WASHINGTON — House Republicans routinely beat the drum about the hard work they have done in passing “more than 30 jobs bills” that are now before the Democrat-controlled Senate, going nowhere, as the economy gasps for air.
For almost a year, House Speaker John Boehner (R-Ohio) and House Majority Leader Eric Cantor (R-Va.) have plugged their jobs package at every opportunity. They regularly bring it up at press events, during floor speeches and in statements in response to just about anything related to the economy. Boehner even carries aroundin his jacket pocket a 4-by-8-inch card that lists off their jobs bills, and he encourages his members to flash their cards at campaign events.
“President [Barack] Obama and Democrats here in Congress have shown us what doesn’t work: more government, more spending, more taxes don’t create more jobs,” Boehner said at a recent weekly briefing. “We’ve passed more than 30 jobs bills, including bipartisan bills expanding energy production and projects like the Keystone pipeline.”
Cantor plugged the jobs bills — and nudged Democrats to get on board with the Republican plan — in response to the June unemployment report. “House Republicans are committed to bold, pro-growth policies and have passed dozens of bills to create jobs,” he said in a statement. “We’ve begun to right the ship, but we will not be able to achieve long-term growth without willing partners in the White House and Senate.”
The GOP jobs package, which currently includes 32 bills, represents Republicans’ hallmark legislative accomplishment over the past two years. In the months ahead of the election, they will lean on it as proof of two things: that they are not the do-nothing obstructionists that Democrats paint them as, and that they are working hard to address the 8.2 percent unemployment rate.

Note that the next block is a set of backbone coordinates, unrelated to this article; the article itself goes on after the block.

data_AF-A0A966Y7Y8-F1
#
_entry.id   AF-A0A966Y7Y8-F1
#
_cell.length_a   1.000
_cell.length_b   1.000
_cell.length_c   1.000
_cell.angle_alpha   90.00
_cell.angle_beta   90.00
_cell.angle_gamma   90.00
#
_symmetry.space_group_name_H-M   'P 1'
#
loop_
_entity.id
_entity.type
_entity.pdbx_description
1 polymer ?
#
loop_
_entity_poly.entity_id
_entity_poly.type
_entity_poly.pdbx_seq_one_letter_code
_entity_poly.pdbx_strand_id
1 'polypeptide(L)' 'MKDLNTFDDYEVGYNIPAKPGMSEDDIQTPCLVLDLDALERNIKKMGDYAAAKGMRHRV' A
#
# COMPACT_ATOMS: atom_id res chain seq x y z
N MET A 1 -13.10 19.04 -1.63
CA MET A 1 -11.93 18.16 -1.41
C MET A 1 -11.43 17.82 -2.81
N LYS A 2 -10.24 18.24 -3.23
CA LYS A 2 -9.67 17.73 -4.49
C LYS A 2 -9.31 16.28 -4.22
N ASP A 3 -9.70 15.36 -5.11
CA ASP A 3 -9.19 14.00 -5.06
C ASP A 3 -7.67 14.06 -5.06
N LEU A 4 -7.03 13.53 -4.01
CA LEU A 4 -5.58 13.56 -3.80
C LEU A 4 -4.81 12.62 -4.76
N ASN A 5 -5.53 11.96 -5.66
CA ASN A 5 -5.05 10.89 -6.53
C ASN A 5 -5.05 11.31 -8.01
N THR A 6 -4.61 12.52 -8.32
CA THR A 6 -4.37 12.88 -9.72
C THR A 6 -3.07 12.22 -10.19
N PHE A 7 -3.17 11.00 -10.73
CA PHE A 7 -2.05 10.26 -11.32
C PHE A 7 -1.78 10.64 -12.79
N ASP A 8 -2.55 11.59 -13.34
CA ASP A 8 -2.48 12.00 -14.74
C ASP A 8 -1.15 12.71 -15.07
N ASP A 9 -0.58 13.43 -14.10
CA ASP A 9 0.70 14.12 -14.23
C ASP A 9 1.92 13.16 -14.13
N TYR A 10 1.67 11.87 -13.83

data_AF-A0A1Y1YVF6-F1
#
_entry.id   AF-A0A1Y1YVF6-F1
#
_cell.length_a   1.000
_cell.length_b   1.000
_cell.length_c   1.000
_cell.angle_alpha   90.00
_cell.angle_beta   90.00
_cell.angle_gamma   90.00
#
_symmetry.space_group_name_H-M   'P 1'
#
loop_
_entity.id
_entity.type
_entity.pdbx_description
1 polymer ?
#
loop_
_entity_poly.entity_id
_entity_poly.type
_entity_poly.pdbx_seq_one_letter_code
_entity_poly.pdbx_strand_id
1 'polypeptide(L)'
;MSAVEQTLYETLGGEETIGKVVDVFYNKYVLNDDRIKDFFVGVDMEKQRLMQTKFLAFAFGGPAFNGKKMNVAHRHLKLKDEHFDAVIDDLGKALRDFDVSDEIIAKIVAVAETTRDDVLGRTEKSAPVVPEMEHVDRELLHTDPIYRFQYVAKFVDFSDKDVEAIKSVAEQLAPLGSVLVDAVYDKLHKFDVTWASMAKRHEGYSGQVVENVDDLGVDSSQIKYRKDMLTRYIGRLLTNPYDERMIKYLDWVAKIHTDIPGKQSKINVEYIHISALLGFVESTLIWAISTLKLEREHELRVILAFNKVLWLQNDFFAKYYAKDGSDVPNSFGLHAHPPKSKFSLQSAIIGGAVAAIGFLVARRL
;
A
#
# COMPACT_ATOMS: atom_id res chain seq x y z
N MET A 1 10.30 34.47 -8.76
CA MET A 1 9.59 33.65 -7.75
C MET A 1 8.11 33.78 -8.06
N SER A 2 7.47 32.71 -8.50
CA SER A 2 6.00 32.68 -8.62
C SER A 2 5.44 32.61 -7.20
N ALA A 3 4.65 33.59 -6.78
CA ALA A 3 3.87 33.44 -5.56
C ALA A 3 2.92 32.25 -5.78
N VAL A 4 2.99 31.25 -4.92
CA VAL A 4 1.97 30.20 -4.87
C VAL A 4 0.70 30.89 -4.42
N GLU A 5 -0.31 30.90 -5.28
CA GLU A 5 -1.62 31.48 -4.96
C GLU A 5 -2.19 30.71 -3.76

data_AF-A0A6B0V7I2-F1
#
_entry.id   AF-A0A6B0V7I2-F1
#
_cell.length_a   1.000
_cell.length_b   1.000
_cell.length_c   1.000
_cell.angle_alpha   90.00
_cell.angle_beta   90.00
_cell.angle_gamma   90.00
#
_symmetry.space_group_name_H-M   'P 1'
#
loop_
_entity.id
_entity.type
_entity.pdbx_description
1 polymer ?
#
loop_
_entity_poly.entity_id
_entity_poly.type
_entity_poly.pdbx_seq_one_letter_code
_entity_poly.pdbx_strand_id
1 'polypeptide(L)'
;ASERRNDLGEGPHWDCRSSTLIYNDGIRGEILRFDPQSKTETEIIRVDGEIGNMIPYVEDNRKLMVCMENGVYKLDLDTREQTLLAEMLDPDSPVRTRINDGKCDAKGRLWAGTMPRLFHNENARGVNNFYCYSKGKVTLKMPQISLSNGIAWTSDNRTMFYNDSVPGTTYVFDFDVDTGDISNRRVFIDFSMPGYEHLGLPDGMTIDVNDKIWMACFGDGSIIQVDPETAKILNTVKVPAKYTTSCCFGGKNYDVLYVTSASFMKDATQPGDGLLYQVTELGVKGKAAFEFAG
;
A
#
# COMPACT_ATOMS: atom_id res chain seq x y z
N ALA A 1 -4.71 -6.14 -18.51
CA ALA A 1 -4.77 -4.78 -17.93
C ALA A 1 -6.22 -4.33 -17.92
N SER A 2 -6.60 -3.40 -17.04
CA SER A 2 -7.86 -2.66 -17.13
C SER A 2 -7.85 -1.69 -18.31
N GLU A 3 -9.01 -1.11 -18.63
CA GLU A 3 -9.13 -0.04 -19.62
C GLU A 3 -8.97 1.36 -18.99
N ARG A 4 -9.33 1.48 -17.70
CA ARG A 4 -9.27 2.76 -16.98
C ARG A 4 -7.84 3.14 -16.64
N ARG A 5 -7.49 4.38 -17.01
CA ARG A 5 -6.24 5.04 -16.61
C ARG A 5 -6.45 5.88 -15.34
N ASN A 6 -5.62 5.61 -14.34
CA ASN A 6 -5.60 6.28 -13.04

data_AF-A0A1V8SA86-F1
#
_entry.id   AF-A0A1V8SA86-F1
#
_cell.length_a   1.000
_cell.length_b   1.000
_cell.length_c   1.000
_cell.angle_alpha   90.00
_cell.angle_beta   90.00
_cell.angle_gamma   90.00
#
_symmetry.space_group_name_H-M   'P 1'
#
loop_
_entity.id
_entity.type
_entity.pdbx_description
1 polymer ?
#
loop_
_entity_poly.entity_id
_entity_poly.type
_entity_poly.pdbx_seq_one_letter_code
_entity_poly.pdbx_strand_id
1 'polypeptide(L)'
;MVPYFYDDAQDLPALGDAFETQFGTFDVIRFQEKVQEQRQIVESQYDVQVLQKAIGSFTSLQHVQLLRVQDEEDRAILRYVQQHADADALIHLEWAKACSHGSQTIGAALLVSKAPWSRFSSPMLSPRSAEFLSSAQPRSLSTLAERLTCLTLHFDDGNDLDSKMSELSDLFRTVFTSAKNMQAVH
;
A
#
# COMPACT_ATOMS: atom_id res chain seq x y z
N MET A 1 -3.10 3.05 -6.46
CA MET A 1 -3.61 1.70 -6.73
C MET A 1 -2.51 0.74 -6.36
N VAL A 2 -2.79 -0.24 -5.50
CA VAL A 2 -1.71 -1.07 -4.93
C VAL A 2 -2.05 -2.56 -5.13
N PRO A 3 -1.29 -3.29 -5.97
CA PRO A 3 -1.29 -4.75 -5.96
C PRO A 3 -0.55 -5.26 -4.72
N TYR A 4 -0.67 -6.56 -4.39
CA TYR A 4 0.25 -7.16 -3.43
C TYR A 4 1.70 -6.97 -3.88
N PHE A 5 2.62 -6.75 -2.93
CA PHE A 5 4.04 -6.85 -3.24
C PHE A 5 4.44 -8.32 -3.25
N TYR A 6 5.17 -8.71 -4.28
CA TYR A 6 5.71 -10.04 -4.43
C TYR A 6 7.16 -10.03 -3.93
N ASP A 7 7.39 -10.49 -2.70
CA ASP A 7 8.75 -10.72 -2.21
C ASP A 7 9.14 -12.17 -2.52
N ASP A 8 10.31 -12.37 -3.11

But there’s a problem with their jobs bills: They don’t create jobs. At least, they won’t any time soon.
In interviews conducted by The Huffington Post with five economists, most said the GOP jobs package would have no meaningful impact on job creation in the near term. Some said it was not likely to do much in the long term, either.
At the heart of the GOP jobs package is a push for rolling back regulations — and gutting environmental laws that regulate clean air and water — to spur job growth. The House Republican Conference website makes the argument that deregulation will “remove onerous federal regulations that are redundant, harmful to small businesses, and impede private sector investment and job creation.”
But economists told The Huffington Post that regulation has had a minimal impact on the unemployment rate. Their claim is backed by the Bureau of Labor Statistics, which shows that just under 16,000 jobs, or 0.4 percent, were lost because of “government regulations/intervention.”
For all their complaints about Senate inaction, Boehner and Cantor regularly fail to point out that the Senate has, in fact, passed nearly a dozen of Republicans’ so-called jobs bills in the last two years. Eleven have already become law, and another one has passed the Senate but hasn’t been signed into law yet.